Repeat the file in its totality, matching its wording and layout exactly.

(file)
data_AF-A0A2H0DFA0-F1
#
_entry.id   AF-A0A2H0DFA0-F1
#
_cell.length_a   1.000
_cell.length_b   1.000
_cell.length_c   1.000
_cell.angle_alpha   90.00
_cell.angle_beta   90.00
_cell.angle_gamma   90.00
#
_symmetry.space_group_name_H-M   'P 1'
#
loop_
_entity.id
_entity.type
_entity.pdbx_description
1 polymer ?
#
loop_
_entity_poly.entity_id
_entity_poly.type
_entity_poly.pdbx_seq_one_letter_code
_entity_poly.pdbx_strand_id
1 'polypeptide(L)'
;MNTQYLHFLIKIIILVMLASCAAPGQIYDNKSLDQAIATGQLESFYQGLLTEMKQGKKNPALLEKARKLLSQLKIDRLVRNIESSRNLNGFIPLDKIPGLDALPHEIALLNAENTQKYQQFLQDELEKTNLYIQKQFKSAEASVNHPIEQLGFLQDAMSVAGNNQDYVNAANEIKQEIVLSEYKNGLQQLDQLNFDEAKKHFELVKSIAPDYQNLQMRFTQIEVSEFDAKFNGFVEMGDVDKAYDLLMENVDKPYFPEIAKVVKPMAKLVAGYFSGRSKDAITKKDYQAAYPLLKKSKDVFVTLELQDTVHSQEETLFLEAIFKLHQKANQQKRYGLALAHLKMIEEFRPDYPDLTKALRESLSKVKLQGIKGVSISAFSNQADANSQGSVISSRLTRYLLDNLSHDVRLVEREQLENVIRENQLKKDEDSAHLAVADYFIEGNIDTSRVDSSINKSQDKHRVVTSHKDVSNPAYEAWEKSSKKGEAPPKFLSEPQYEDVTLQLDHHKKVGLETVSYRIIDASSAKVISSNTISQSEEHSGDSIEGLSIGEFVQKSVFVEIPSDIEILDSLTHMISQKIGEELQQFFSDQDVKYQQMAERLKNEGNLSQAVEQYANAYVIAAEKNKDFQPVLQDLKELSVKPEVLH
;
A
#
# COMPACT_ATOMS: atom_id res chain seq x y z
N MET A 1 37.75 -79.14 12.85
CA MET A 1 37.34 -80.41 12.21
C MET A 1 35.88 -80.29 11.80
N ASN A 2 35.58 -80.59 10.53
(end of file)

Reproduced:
data_AF-A0A2H0DFA0-F1
#
_entry.id   AF-A0A2H0DFA0-F1
#
_cell.length_a   1.000
_cell.length_b   1.000
_cell.length_c   1.000
_cell.angle_alpha   90.00
_cell.angle_beta   90.00
_cell.angle_gamma   90.00
#
_symmetry.space_group_name_H-M   'P 1'
#
loop_
_entity.id
_entity.type
_entity.pdbx_description
1 polymer ?
#
loop_
_entity_poly.entity_id
_entity_poly.type
_entity_poly.pdbx_seq_one_letter_code
_entity_poly.pdbx_strand_id
1 'polypeptide(L)'
;MNTQYLHFLIKIIILVMLASCAAPGQIYDNKSLDQAIATGQLESFYQGLLTEMKQGKKNPALLEKARKLLSQLKIDRLVRNIESSRNLNGFIPLDKIPGLDALPHEIALLNAENTQKYQQFLQDELEKTNLYIQKQFKSAEASVNHPIEQLGFLQDAMSVAGNNQDYVNAANEIKQEIVLSEYKNGLQQLDQLNFDEAKKHFELVKSIAPDYQNLQMRFTQIEVSEFDAKFNGFVEMGDVDKAYDLLMENVDKPYFPEIAKVVKPMAKLVAGYFSGRSKDAITKKDYQAAYPLLKKSKDVFVTLELQDTVHSQEETLFLEAIFKLHQKANQQKRYGLALAHLKMIEEFRPDYPDLTKALRESLSKVKLQGIKGVSISAFSNQADANSQGSVISSRLTRYLLDNLSHDVRLVEREQLENVIRENQLKKDEDSAHLAVADYFIEGNIDTSRVDSSINKSQDKHRVVTSHKDVSNPAYEAWEKSSKKGEAPPKFLSEPQYEDVTLQLDHHKKVGLETVSYRIIDASSAKVISSNTISQSEEHSGDSIEGLSIGEFVQKSVFVEIPSDIEILDSLTHMISQKIGEELQQFFSDQDVKYQQMAERLKNEGNLSQAVEQYANAYVIAAEKNKDFQPVLQDLKELSVKPEVLH
;
A
#
# COMPACT_ATOMS: atom_id res chain seq x y z
N MET A 1 37.75 -79.14 12.85
CA MET A 1 37.34 -80.41 12.21
C MET A 1 35.88 -80.29 11.80
N ASN A 2 35.58 -80.59 10.53